The Smartphone industry is continuing to boom with every passing minute it seems but with HTC we have a manufacturer who prides itself on bringing innovation to the fore, with the likes of the HTC Hero way back in 2009 which seemingly changed the mobile phone industry massively. And as they have moved on from that device, they have continued to innovate and to perfect their designs to become one of the largest most well known mobile phone manufacturers in the world. Their interests don’t just lie in the upper end of the market no, they are also concentrating some of their time on the low to mid range Smartphone but with the HTC Explorer they have released their cheapest Smartphone ever, coming in at just over £110 depending on where you buy it from. This to me tells me that HTC are very much all about their customers which is such a massive selling point to anyone looking to buy a Smartphone whether they have owned one before or not.

Moving onto the phone itself now and as I always do I will begin with the build quality and design of the handset. Now compared to other handsets that HTC have released over the past few months such as the HTC Sensation XE or XL the Explorer isn’t anywhere near those in terms of sheer elegance and innovative design. What the explorer does have though is a quirky little design and decent build quality for its price point it is at.

The materials that the device is made from are definitely something that we don’t see very often from other manufacturers. The fully removable back cover is made from rubber and the phone itself is very similar to the HTC Hero type of build, mostly plastics which isn’t necessarily a bad thing because it means that HTC were able to release the phone with an awesomely low market value which will bring in the customers I am sure. All in all I would say that the build quality is not brilliant but it’s not awful either, I would say that the best thing I could say at this point is you get what you pay for.

As for the design I quite like it, possibly because it’s very different to what I am used to using (iPhone 4S which is fragile to say the least!). The phone feels really nice when in the hand with its curved rubber outer shell and Gorilla glass screen, the connections and buttons are all nicely placed as well which was nice to see for a change. If I had a pound for every time I’ve moaned about button placement on phones I reckon I would have a good few pounds in my pocket by now, but with the Explorer I’m impressed to see everything in the right place for easy access. When I opened the box and saw the phone for the first time I was also very happy to see that HTC have ridded one of their smaller devices of the awful chin! Very glad to see the back of that as you can probably tell.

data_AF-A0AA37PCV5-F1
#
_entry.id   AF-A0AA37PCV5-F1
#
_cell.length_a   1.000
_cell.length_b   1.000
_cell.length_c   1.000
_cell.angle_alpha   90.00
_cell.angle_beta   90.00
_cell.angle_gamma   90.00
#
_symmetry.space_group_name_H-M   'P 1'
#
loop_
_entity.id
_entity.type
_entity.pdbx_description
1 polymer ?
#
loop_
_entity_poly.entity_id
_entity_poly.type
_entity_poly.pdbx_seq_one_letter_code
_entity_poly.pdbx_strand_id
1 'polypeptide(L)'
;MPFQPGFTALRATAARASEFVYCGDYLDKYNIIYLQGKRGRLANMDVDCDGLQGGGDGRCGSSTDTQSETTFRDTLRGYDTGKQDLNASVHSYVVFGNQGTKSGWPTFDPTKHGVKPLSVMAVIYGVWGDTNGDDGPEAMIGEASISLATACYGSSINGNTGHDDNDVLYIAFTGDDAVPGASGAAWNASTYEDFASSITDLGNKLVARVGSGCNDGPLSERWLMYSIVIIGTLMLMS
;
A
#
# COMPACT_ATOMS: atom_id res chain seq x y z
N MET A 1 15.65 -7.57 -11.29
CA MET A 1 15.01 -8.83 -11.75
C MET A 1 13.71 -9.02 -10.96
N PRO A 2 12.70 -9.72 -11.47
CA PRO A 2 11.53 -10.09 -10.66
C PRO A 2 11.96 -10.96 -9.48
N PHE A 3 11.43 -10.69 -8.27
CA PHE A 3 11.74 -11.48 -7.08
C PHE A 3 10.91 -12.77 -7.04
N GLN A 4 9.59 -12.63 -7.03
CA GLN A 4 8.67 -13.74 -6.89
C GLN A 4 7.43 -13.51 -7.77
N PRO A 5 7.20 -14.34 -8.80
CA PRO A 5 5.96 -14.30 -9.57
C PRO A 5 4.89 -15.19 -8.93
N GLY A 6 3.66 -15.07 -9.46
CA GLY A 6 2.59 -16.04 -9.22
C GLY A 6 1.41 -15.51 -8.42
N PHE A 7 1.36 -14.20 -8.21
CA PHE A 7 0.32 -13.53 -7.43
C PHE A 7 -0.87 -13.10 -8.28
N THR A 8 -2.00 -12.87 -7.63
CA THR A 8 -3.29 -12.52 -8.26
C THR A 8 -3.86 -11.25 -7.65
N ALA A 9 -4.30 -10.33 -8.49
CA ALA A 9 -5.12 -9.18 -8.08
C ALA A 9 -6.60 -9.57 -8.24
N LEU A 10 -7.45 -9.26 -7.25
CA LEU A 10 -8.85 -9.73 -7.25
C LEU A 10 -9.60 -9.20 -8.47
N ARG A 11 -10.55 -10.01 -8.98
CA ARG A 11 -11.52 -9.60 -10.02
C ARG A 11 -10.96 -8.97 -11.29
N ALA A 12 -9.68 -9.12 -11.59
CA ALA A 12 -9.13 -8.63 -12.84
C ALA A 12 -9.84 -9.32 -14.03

Anyway the upshot of this section is that the HTC Explorer has a lovely cute design and decent build quality, so you will be pleasantly surprised rather than disappointed if/when you purchase this device.

 

Android as an operating system has moved on in leaps and bounds over the last couple of years and we are now on Ice Cream Sandwich 4.0 (not sure where the rest of the .3′s went mind you!) but installed on the HTC Explorer is the last version of Gingerbread which is 2.3.5. This isn’t the only thing installed on every HTC Smartphone though, as they have been implementing their Sense overlay for a long time now, with small improvements over the course of a phones lifecycle. The version of sense installed on this little device is somewhat a surprise addition as it has the same version as the HTC Sensation range of phones, 3.5. Now to put that version on a phone of this size and stature is a brave move indeed and in practice it really doesn’t work quite as well as on a more powerful and larger screened handset, which to be honest is quite disappointing from a personal point of view because I was growing to like sense again after my last review which was of the Sensation XL, but on this phone it just isn’t as good at all.